by Percy Aldridge Grainger
arr. by Christopher Rueda
for Reed Quintet (ob / Bb cl / alto / bs cl / bsn)
$10 – PDF
The tune itself is a Morris dance, a centuries-old tradition of fluid, group dancing from England. Still, Grainger insists on his 1913 piano solo score that “This setting is not suitable to dance Morris dances to.” Ever the contrarian, Grainger also said that “where other composers would have been jolly setting such dance tunes I have been sad or furious. My dance settings are energetic rather than gay.”
We highly recommend pairing this with our arrangement of Irish Tune from County Derry. The two works are frequently performed together, with this piece following the Irish Tune.
Percy Aldridge Grainger (1882 – 1961) was an Australian-born composer, arranger and pianist who lived in the United States from 1914 on and became a citizen in 1918. In the course of a long and innovative career, he played a prominent role in the revival of interest in British folk music in the early years of the 20th century. He served briefly as a bandsman in the United States Army during the First World War through 1917–18, having lied about his ability to play the saxophone. Grainger went on to explore the potential of the wind ensemble, leading to a wealth of rich, innovative works for wind instruments.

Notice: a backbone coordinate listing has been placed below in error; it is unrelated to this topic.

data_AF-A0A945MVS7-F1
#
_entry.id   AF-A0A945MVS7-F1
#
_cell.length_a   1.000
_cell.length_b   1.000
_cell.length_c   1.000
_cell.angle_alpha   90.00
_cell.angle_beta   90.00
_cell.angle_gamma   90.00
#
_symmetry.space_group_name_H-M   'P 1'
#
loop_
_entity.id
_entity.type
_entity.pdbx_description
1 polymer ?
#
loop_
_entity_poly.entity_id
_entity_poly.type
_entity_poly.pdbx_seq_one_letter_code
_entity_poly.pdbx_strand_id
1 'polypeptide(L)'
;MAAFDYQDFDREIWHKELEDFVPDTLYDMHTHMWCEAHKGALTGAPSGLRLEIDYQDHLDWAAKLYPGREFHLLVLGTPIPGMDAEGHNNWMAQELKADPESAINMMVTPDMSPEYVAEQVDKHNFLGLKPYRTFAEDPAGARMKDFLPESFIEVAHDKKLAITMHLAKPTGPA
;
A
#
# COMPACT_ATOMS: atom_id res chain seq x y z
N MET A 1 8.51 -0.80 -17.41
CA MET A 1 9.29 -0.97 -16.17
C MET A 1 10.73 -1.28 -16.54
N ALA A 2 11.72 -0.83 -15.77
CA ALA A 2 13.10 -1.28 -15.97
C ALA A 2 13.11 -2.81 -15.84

Christopher Rueda (b. 1994), clarinetist and bass clarinetist of the Doclé Reed Quintet, graduated from the Eastman School of Music after studying with Jon Manasse and Kenneth Grant, and then moved to Chicago and completed his master’s degree in clarinet performance from Northwestern University – Bienen School of Music, where he studied with Steve Cohen and Lawrie Bloom. In his free time, Christopher enjoys arranging and transcribing music not only for reed quintet, but for a variety of ensembles.